Urbanism, Critical Race Theory, Landscape History, Political Economy, Class Formation, Visual Anthropology
Caribbean; United States
Gregory’s research focuses on the intersection of race, class, gender and other socially ascribed differences in the formation of political subjectivities, social hierarchies and urban-based social movements. His most recent book, The Devil Behind the Mirror, investigated how neoliberal economic reforms and transnational sociocultural processes associated with globalization rearticulated the social division of labor, racial cum cultural identities and gender relations in the Dominican Republic, yielding novel power arrangements and practices of resistance. His current project is an historical study of the development of a constellation of elite cultural and educational institutions in Northern Manhattan known as the “American Acropolis.” He is interested in how topography contributed to an imagined geography that facilitated the articulation of heterogeneous social interests, desires and projects around a shared understanding of the relationship of landscape to hierarchy, and ontology and civilizational progress.
New School for Social Research, PhD in Anthropology, 1986
Pratt Institute, MS in Art Education, 1978
Pratt Institute, BFA in Film, 1976
2019. “Making the ‘American Acropolis’: On Verticality, Social Hierarchy, and the Obduracy of Manhattan Schist.” Annals of the Association of American Geographers. In Press.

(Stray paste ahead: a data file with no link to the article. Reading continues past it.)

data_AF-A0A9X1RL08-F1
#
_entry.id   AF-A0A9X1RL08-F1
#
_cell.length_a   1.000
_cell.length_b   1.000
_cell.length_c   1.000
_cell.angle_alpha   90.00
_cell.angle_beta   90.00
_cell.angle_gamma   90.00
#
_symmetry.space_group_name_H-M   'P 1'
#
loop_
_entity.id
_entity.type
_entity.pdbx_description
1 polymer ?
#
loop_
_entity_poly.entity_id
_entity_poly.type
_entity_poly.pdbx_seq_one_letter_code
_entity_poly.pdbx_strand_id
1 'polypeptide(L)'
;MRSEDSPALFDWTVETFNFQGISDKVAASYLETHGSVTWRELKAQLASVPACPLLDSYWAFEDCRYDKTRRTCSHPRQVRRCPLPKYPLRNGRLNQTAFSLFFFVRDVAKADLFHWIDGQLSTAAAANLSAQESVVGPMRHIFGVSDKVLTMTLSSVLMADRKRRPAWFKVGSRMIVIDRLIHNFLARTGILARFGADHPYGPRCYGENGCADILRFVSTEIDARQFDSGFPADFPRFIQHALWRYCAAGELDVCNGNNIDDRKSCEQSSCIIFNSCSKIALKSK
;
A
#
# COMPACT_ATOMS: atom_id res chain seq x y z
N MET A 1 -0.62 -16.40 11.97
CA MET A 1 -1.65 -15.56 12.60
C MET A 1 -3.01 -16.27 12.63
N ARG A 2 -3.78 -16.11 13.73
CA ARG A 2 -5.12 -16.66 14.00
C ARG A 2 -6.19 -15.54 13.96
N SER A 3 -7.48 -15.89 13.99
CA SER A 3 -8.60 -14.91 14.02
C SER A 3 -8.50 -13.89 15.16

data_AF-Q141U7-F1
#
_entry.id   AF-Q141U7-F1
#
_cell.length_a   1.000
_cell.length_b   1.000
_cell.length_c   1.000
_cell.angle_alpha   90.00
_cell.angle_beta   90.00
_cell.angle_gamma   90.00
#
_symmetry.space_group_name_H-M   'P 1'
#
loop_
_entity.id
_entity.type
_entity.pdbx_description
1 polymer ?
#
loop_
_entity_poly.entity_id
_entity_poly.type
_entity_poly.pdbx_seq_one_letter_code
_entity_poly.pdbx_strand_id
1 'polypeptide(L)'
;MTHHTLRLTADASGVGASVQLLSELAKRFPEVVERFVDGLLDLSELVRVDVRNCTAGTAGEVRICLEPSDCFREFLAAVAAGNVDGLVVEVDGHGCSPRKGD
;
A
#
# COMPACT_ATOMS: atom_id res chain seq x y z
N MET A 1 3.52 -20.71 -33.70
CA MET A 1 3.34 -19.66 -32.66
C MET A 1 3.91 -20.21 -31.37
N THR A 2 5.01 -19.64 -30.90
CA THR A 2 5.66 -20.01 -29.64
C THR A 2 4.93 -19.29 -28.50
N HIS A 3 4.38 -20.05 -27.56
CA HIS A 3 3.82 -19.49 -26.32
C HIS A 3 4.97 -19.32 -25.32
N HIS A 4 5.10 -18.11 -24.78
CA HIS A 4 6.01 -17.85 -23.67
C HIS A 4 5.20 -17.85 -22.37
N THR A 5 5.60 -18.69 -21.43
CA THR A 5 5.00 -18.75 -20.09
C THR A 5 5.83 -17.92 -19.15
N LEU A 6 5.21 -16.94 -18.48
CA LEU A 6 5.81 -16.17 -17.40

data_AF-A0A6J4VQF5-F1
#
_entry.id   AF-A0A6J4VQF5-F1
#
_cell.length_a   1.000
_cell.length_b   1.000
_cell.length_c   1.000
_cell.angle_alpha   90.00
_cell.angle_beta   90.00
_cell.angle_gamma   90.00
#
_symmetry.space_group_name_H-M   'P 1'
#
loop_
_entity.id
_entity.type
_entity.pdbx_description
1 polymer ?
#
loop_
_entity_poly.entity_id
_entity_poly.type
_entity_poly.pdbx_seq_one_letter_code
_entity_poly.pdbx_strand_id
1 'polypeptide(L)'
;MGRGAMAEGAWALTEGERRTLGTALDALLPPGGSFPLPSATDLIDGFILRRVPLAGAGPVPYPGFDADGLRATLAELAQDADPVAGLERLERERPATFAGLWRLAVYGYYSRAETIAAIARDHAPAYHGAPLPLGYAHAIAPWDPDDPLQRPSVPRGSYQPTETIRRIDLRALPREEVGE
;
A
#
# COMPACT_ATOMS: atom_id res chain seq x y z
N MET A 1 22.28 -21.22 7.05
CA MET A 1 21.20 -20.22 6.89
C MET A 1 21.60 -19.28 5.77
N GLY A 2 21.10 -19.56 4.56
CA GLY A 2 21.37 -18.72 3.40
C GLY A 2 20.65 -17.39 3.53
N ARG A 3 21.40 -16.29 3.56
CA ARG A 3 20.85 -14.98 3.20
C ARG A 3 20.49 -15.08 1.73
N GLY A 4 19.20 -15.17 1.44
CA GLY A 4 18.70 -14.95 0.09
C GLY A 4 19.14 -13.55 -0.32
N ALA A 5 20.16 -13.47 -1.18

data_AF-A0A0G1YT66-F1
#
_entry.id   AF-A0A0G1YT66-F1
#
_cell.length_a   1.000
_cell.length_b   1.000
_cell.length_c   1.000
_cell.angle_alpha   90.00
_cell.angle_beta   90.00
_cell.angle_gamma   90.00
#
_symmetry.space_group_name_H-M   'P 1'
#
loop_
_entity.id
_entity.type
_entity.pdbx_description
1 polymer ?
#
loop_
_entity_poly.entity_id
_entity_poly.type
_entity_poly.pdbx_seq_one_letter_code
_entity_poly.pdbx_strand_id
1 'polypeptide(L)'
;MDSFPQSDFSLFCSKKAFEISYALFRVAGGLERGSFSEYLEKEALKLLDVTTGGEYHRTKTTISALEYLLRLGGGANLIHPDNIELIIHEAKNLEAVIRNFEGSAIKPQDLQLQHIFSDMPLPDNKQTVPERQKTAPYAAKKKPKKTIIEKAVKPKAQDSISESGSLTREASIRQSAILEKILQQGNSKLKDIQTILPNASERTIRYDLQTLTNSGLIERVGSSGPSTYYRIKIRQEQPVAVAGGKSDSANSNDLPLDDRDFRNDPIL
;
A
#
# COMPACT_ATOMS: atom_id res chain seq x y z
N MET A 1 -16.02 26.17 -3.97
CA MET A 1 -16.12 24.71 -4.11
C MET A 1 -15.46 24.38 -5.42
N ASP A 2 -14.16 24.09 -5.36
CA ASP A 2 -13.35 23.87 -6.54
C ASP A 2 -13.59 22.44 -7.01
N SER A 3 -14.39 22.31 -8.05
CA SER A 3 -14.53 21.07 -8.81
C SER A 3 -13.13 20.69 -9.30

2014. “Ferguson and the Right to Black Life.” Anthropology News 55, no. 9.
2013. “The Radiant University: Space, Urban Development and the Public Good.” City and Society 25, no. 1: 47-69.
2007. The Devil Behind the Mirror: Globalization and Politics in the Dominican Republic. Berkeley: University of California.
2003. “Men In Paradise: Sex Tourism and the Political Economy of Masculinity.” In Race, Nature and the Politics of Difference, edited by Donald S. Moore, Jake Kosek, and Anand Pandian, 323-355. Durham: Duke University Press.
2001. “Placing the Politics of Black Class Formation.” In History in Person: Enduring Struggles, Contentious Practice, Intimate Identities, edited by Dorothy Holland and Jean Lave, 137-170. Santa Fe: School of American Research.
1999. Santería in New York City: A Study in Cultural Resistance. New York: Garland Publishing, Inc.
1998. Black Corona: Race and the Politics of Place in an Urban Community. Princeton: Princeton University Press.
1994. Coeditor with Roger Sanjek. Race. New Brunswick: Rutgers University Press.
1994b. “Time to Make the Doughnuts: On the Politics of Subjectification in the 'Inner‑City.'” Political and Legal Anthropology Review 7, no. 1: 41-54.